Autonomous spacecraft rely significantly on cutting-edge navigation systems to complete missions. In the field of commercial extraterrestrial navigation, Advanced Navigation’s LiDAV technology is a major step forward. The LiDAV sensor, dubbed LUNA (Laser measuring Unit for Navigational Aid), was developed at the Australian National University over the course of a decade. It provides accurate data on velocity and altitude in three dimensions with respect to the lunar surface.

When light, dust, or other obstructions prevent cameras from functioning properly or when visual references are unavailable, LUNA can be used as a navigation input to guide the ship in the right direction. The accuracy and dependability of complex autonomous landing operations are improved by LUNA’s navigation data, leading to more successful missions and opening up the lunar surface for further research.

American space systems company Intuitive Machines has contracted Advanced Navigation to provide its space-ready LUNA sensor as part of NASA’s Commercial Lunar Payload Services (CLPS) program. The Nova-C lander, built by Intuitive Machines, will feature LUNA technology and show off its talents during the final fall to the lunar surface.

Working with Intuitive Machines benefits both Australia’s and NASA’s efforts to expand human presence in space. If LUNA technology is successfully demonstrated on the Nova-C lander, it can be commercially included onto landers beginning in 2025-26. With this addition, autonomous landing maneuvers will be more secure, and dependable navigation across the lunar surface will be possible.

The Australian Space Agency’s dedication to growing Australia’s space technology industry is seen in its unwavering backing of Advanced Navigation. The director of the Australian Space Agency, Enrico Palermo, has stressed the importance of space technologies in modernizing many facets of human existence. The agency’s mission is to assist Australian businesses like Advanced Navigation in expanding their footprint in the space industry, penetrating untapped markets, and exporting their cutting-edge technological innovations to the rest of the globe in order to accelerate economic development, create new jobs, and realize untapped business potential.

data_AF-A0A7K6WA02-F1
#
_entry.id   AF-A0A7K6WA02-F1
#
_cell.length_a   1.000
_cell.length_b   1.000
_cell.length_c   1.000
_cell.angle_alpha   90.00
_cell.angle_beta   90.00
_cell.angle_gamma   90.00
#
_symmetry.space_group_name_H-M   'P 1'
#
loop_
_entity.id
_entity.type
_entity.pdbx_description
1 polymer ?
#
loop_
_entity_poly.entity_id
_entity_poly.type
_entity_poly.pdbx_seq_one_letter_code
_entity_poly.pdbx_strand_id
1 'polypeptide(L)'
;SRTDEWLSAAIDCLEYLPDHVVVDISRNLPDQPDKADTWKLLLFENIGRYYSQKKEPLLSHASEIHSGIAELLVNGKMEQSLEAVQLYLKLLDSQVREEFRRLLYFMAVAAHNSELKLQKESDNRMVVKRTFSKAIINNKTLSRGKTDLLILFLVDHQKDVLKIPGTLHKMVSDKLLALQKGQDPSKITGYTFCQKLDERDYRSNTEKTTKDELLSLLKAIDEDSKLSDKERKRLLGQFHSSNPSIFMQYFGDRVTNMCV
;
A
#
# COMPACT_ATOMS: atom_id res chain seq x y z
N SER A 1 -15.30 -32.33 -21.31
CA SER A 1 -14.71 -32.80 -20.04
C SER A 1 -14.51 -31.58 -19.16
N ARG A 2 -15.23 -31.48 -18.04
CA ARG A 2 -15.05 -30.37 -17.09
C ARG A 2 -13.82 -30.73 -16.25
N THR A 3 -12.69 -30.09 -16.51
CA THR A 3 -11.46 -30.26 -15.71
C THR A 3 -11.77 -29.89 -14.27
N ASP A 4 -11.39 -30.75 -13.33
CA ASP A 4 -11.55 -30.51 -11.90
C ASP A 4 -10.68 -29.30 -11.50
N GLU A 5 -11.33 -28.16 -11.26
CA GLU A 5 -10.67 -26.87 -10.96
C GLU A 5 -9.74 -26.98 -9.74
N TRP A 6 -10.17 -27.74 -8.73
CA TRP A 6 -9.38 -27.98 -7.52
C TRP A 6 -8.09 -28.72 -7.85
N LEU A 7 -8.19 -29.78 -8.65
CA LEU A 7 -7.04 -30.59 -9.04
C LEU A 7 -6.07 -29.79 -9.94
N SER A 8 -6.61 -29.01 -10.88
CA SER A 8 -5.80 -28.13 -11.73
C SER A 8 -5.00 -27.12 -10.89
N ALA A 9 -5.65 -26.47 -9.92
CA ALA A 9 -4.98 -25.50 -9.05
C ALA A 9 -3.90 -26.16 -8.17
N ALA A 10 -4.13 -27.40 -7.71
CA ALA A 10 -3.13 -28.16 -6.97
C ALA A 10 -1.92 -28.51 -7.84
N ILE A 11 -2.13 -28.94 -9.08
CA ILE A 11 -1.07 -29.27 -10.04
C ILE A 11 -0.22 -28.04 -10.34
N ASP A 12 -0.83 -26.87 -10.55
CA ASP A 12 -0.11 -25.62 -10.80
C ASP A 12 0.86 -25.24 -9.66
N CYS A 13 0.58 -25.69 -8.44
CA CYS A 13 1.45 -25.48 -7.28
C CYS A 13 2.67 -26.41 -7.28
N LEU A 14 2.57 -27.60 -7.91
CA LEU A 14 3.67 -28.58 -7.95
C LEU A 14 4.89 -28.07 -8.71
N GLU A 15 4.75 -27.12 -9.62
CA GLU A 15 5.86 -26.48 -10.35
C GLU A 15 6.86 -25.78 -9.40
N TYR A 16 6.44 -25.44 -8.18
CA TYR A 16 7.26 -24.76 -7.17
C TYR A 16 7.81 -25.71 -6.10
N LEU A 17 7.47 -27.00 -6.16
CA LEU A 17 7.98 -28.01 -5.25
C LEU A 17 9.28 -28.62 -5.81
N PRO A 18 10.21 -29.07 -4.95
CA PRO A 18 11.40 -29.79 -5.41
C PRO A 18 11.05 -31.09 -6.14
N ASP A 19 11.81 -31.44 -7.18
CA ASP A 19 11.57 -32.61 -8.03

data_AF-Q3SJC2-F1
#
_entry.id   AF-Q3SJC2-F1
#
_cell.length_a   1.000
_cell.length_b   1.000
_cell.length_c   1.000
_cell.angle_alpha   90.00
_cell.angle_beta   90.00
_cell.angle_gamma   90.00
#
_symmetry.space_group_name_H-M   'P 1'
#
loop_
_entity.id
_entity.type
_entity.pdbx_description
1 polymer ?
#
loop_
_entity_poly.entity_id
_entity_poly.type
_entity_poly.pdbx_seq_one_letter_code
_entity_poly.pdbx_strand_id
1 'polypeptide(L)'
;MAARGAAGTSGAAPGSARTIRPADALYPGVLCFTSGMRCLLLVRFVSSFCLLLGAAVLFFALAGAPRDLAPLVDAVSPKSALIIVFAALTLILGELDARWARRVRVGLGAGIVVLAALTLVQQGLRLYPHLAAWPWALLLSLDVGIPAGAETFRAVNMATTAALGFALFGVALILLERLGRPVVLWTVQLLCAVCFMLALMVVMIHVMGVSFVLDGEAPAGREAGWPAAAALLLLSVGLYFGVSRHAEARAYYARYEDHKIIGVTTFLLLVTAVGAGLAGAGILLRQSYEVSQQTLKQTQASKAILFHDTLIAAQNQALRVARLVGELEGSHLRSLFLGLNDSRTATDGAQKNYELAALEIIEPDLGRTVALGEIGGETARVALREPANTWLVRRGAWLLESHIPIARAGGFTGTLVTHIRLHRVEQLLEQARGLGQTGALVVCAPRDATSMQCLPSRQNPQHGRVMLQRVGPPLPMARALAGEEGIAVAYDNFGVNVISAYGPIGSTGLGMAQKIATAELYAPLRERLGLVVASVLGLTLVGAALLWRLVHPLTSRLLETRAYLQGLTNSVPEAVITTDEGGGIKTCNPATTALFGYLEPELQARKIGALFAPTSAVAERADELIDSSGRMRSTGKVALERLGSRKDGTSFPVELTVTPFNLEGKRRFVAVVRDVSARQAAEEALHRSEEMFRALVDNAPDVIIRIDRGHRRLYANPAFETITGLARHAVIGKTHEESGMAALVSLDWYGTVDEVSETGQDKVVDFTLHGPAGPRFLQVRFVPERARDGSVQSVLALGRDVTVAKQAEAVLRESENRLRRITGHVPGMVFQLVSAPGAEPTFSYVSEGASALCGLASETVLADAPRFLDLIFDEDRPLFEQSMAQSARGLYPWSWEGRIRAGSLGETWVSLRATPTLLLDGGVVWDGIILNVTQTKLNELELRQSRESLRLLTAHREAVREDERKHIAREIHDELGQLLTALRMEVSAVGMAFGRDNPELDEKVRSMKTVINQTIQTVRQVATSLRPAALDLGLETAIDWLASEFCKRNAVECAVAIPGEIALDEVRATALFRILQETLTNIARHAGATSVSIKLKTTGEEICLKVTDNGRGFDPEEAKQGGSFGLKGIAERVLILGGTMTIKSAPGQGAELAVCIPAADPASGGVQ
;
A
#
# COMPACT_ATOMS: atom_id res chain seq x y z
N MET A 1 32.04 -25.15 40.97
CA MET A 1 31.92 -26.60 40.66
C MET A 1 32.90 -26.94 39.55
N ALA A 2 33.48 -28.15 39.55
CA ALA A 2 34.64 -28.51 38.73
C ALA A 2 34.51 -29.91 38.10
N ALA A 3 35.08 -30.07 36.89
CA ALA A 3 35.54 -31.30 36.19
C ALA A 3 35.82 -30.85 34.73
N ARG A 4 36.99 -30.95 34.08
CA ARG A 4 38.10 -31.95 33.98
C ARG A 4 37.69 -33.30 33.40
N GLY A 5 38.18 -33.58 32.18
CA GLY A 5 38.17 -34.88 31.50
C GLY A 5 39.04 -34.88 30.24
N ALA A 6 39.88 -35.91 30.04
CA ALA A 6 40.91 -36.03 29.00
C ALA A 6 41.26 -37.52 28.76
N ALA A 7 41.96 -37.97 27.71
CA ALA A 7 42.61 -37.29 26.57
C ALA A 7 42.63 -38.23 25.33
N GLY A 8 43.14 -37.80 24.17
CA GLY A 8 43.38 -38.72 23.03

The LUNA technology developed by Advanced Navigation has uses outside the partnership with Intuitive Machines. Because of its small size and great performance, it may be easily included into Intuitive Machines’ Micro-Nova, a micro extreme mobility lunar vehicle also known as a “hopper.” With LUNA on board, the Micro-Nova can find its way through dark craters and lava tunnels without any human assistance or GPS.

Advanced Navigation is teaming up with Macquarie University’s Australian Astronomical Optics (AAO) to provide LUNA the best chance it has of surviving the harsh environment of space. The collaborative effort will design, produce, and qualify LUNA’s optical head assembly to withstand the harsh space environment.

Australian firm Transparent Earth Geophysics will conduct extensive flying test campaigns and investigate LUNA’s potential terrestrial applications. Airborne gravimetry and the precise navigation of airborne vehicles including planes, helicopters, commercial drones, and air taxis are two examples of these uses. Beyond its use in space travel, LUNA’s technology has the potential to revolutionize many different fields.

Advanced Navigation, which was built on a foundation of scientific inquiry, is a pioneer in the rise of autonomous technology. The company’s goal is to create a more sustainable and resilient future on Earth and beyond through the use of cutting-edge technologies that increase human potential. Advanced Navigation has the backing of the Australian Space Agency and works with leading technology companies to further scientific discovery and space exploration.

First reported on Tech Business News

Originally published on ReadWrite.